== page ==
Comparative In Vitro Osteoinductivity Study of CaP Ceramics (HA, α-TCP, β-TCP) using 10T1/2 Cells with Different Controls and Possible Correlations with Other Systems
Juliana Tsz Yan Lee, Kefeng Wang, Wai Hung TSANG, King Lau Chow
DOI: 10.4236/jbnb.2011.22021   PDF    HTML     4,782 Downloads   9,410 Views   Citations


In this study, we use a pluripotent mesenchymal stem cell (MSC) model, C3H/10T1/2, to evaluate three calcium phos-phate (CaP) materials, namely the hydroxyapatite (HA), α-tricalcium phosphate (α-TCP) and β-tricalcium phosphate (β-TCP). 10T1/2 cell was chosen as it has advantages over its counterparts in terms of ease of maintenance, free of ethical concerns and also more reproducible results. ALP enzymatic assay, RT-qPCR, DAPI staining and SEM were employed to assess the osteoinductivity of these materials. A good reference material which also acts as a scientific control is necessary for comparisons of results from different experimental batches and hence other materials such as titanium, Nunclon plastic surface, BD Falcon plastic surface and gold coated porous HA were also tested. The results show that ceramics induce a more sustained osteo-differentiation state as compared with plastics. Inductivity was found to be acting in descending order of strength with HA > β-TCP > α-TCP, which is reversed in terms of their impact on proliferation rate (HA < TCP). This is also consistent with the results observed in SBF study in terms of calcium phosphate precipitate area coverage (HA > TCP) and in vivo osteoinductivity in terms of incidence and quality of bone described previously (HA > β-TCP > α-TCP). These confirm the suitability of using 10T1/2 cells in cell culture assay of osteoinductivity.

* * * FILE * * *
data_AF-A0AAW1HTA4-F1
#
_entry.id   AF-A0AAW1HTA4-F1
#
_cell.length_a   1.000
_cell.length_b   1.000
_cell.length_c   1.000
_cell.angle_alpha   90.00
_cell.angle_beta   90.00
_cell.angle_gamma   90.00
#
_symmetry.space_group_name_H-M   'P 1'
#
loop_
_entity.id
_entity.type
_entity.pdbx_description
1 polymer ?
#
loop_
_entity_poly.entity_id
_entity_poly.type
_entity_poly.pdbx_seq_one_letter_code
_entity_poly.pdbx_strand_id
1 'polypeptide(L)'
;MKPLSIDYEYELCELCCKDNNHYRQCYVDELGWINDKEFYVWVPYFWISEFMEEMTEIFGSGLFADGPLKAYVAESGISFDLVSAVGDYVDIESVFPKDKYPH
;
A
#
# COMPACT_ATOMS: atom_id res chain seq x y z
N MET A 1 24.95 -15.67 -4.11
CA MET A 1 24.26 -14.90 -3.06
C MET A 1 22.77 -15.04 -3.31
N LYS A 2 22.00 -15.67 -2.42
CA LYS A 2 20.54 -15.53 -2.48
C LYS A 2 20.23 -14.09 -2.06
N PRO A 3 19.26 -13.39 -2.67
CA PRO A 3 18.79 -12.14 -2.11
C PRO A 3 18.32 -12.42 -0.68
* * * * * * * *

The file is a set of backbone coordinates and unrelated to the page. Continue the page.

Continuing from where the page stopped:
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J. Lee, K. Wang, W. TSANG and K. Chow, "Comparative In Vitro Osteoinductivity Study of CaP Ceramics (HA, α-TCP, β-TCP) using 10T1/2 Cells with Different Controls and Possible Correlations with Other Systems," Journal of Biomaterials and Nanobiotechnology, Vol. 2 No. 2, 2011, pp. 162-171. doi: 10.4236/jbnb.2011.22021.

Conflicts of Interest

The authors declare no conflicts of interest.


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